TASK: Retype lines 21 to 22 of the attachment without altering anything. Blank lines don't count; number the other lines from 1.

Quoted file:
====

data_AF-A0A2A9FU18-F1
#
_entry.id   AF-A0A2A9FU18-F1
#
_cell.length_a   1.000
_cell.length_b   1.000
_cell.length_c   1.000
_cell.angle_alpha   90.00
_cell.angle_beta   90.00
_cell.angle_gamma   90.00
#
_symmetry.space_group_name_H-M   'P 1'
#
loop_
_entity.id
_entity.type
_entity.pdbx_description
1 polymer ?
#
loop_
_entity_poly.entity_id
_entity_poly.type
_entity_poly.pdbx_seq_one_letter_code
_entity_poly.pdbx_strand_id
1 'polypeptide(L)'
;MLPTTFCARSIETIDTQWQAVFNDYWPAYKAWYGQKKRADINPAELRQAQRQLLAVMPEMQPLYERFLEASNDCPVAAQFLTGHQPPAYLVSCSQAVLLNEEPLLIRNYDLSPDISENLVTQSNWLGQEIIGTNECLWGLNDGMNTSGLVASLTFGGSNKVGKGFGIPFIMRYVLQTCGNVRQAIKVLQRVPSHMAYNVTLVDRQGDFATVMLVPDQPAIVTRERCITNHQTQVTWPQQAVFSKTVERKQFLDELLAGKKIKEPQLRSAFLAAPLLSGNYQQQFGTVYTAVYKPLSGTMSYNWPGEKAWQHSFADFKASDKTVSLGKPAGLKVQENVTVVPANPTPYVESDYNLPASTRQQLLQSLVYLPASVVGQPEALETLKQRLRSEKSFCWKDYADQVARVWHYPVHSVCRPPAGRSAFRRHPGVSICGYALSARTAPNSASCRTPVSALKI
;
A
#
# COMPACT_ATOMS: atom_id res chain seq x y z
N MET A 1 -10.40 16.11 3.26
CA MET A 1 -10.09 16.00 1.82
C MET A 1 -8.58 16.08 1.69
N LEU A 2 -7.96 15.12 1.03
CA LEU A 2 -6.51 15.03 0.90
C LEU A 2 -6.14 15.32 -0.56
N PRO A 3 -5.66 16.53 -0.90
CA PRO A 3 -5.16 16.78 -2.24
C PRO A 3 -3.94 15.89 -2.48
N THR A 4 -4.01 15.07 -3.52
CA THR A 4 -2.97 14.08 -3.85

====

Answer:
_entity_poly.entity_id
_entity_poly.type